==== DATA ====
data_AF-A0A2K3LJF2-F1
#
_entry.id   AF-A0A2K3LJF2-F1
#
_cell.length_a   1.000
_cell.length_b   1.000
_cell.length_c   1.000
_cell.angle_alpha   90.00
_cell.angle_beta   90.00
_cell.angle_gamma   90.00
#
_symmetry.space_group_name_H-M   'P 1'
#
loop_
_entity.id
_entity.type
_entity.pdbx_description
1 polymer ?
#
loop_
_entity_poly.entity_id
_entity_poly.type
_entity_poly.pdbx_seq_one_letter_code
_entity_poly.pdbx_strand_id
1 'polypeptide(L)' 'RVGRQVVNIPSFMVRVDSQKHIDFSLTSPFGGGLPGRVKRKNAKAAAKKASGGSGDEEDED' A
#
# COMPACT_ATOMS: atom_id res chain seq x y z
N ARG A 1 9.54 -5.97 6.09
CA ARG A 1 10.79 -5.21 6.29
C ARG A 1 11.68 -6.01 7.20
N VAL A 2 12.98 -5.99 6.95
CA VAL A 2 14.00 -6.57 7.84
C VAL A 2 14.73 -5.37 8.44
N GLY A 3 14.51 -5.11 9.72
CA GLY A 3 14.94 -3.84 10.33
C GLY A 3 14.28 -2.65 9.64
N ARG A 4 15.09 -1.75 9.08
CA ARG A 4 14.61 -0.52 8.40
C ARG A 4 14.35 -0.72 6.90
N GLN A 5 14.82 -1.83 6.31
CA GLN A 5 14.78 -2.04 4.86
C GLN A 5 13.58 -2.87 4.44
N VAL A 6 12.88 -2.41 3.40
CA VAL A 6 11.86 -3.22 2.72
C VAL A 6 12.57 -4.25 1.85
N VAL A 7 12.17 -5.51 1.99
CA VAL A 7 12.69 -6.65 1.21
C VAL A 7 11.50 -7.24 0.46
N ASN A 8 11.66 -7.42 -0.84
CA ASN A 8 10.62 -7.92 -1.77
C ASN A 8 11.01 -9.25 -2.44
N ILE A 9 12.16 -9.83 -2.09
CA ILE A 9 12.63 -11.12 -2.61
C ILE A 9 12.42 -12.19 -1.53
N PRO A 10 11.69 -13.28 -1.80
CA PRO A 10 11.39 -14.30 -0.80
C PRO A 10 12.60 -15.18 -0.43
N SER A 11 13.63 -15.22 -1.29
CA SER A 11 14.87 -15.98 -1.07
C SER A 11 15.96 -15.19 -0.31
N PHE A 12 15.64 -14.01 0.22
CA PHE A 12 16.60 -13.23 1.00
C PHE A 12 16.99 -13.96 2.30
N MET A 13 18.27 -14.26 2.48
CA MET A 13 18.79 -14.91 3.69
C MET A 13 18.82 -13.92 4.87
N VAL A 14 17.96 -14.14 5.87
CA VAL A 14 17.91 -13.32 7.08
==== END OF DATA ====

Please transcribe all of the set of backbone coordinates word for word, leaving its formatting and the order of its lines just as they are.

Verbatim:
data_AF-A0A2K3LJF2-F1
#
_entry.id   AF-A0A2K3LJF2-F1
#
_cell.length_a   1.000
_cell.length_b   1.000
_cell.length_c   1.000
_cell.angle_alpha   90.00
_cell.angle_beta   90.00
_cell.angle_gamma   90.00
#
_symmetry.space_group_name_H-M   'P 1'
#
loop_
_entity.id
_entity.type
_entity.pdbx_description
1 polymer ?
#
loop_
_entity_poly.entity_id
_entity_poly.type
_entity_poly.pdbx_seq_one_letter_code
_entity_poly.pdbx_strand_id
1 'polypeptide(L)' 'RVGRQVVNIPSFMVRVDSQKHIDFSLTSPFGGGLPGRVKRKNAKAAAKKASGGSGDEEDED' A
#
# COMPACT_ATOMS: atom_id res chain seq x y z
N ARG A 1 9.54 -5.97 6.09
CA ARG A 1 10.79 -5.21 6.29
C ARG A 1 11.68 -6.01 7.20
N VAL A 2 12.98 -5.99 6.95
CA VAL A 2 14.00 -6.57 7.84
C VAL A 2 14.73 -5.37 8.44
N GLY A 3 14.51 -5.11 9.72
CA GLY A 3 14.94 -3.84 10.33
C GLY A 3 14.28 -2.65 9.64
N ARG A 4 15.09 -1.75 9.08
CA ARG A 4 14.61 -0.52 8.40
C ARG A 4 14.35 -0.72 6.90
N GLN A 5 14.82 -1.83 6.31
CA GLN A 5 14.78 -2.04 4.86
C GLN A 5 13.58 -2.87 4.44
N VAL A 6 12.88 -2.41 3.40
CA VAL A 6 11.86 -3.22 2.72
C VAL A 6 12.57 -4.25 1.85
N VAL A 7 12.17 -5.51 1.99
CA VAL A 7 12.69 -6.65 1.21
C VAL A 7 11.50 -7.24 0.46
N ASN A 8 11.66 -7.42 -0.84
CA ASN A 8 10.62 -7.92 -1.77
C ASN A 8 11.01 -9.25 -2.44
N ILE A 9 12.16 -9.83 -2.09
CA ILE A 9 12.63 -11.12 -2.61
C ILE A 9 12.42 -12.19 -1.53
N PRO A 10 11.69 -13.28 -1.80
CA PRO A 10 11.39 -14.30 -0.80
C PRO A 10 12.60 -15.18 -0.43
N SER A 11 13.63 -15.22 -1.29
CA SER A 11 14.87 -15.98 -1.07
C SER A 11 15.96 -15.19 -0.31
N PHE A 12 15.64 -14.01 0.22
CA PHE A 12 16.60 -13.23 1.00
C PHE A 12 16.99 -13.96 2.30
N MET A 13 18.27 -14.26 2.48
CA MET A 13 18.79 -14.91 3.69
C MET A 13 18.82 -13.92 4.87
N VAL A 14 17.96 -14.14 5.87
CA VAL A 14 17.91 -13.32 7.08